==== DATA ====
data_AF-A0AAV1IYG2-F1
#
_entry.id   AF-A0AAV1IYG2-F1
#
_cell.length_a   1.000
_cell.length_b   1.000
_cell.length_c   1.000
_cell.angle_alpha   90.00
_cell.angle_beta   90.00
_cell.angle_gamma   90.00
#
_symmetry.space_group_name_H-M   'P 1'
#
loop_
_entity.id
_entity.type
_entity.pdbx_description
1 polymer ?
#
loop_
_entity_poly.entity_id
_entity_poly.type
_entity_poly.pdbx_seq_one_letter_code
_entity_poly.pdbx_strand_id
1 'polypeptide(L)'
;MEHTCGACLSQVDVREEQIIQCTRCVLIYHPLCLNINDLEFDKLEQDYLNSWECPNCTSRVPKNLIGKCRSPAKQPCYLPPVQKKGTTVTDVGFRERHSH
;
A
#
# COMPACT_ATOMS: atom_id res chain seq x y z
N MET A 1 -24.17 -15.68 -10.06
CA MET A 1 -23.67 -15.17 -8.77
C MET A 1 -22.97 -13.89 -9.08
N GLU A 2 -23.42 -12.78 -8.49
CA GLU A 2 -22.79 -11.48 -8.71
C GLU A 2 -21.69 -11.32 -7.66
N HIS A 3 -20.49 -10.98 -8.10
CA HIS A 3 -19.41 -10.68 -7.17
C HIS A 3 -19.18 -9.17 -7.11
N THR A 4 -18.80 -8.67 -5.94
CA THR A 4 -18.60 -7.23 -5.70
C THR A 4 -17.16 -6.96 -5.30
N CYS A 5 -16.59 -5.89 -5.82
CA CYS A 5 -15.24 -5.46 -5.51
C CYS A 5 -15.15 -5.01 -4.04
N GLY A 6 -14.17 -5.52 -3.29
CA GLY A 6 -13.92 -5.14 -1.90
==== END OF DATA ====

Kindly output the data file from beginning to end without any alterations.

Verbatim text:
data_AF-A0AAV1IYG2-F1
#
_entry.id   AF-A0AAV1IYG2-F1
#
_cell.length_a   1.000
_cell.length_b   1.000
_cell.length_c   1.000
_cell.angle_alpha   90.00
_cell.angle_beta   90.00
_cell.angle_gamma   90.00
#
_symmetry.space_group_name_H-M   'P 1'
#
loop_
_entity.id
_entity.type
_entity.pdbx_description
1 polymer ?
#
loop_
_entity_poly.entity_id
_entity_poly.type
_entity_poly.pdbx_seq_one_letter_code
_entity_poly.pdbx_strand_id
1 'polypeptide(L)'
;MEHTCGACLSQVDVREEQIIQCTRCVLIYHPLCLNINDLEFDKLEQDYLNSWECPNCTSRVPKNLIGKCRSPAKQPCYLPPVQKKGTTVTDVGFRERHSH
;
A
#
# COMPACT_ATOMS: atom_id res chain seq x y z
N MET A 1 -24.17 -15.68 -10.06
CA MET A 1 -23.67 -15.17 -8.77
C MET A 1 -22.97 -13.89 -9.08
N GLU A 2 -23.42 -12.78 -8.49
CA GLU A 2 -22.79 -11.48 -8.71
C GLU A 2 -21.69 -11.32 -7.66
N HIS A 3 -20.49 -10.98 -8.10
CA HIS A 3 -19.41 -10.68 -7.17
C HIS A 3 -19.18 -9.17 -7.11
N THR A 4 -18.80 -8.67 -5.94
CA THR A 4 -18.60 -7.23 -5.70
C THR A 4 -17.16 -6.96 -5.30
N CYS A 5 -16.59 -5.89 -5.82
CA CYS A 5 -15.24 -5.46 -5.51
C CYS A 5 -15.15 -5.01 -4.04
N GLY A 6 -14.17 -5.52 -3.29
CA GLY A 6 -13.92 -5.14 -1.90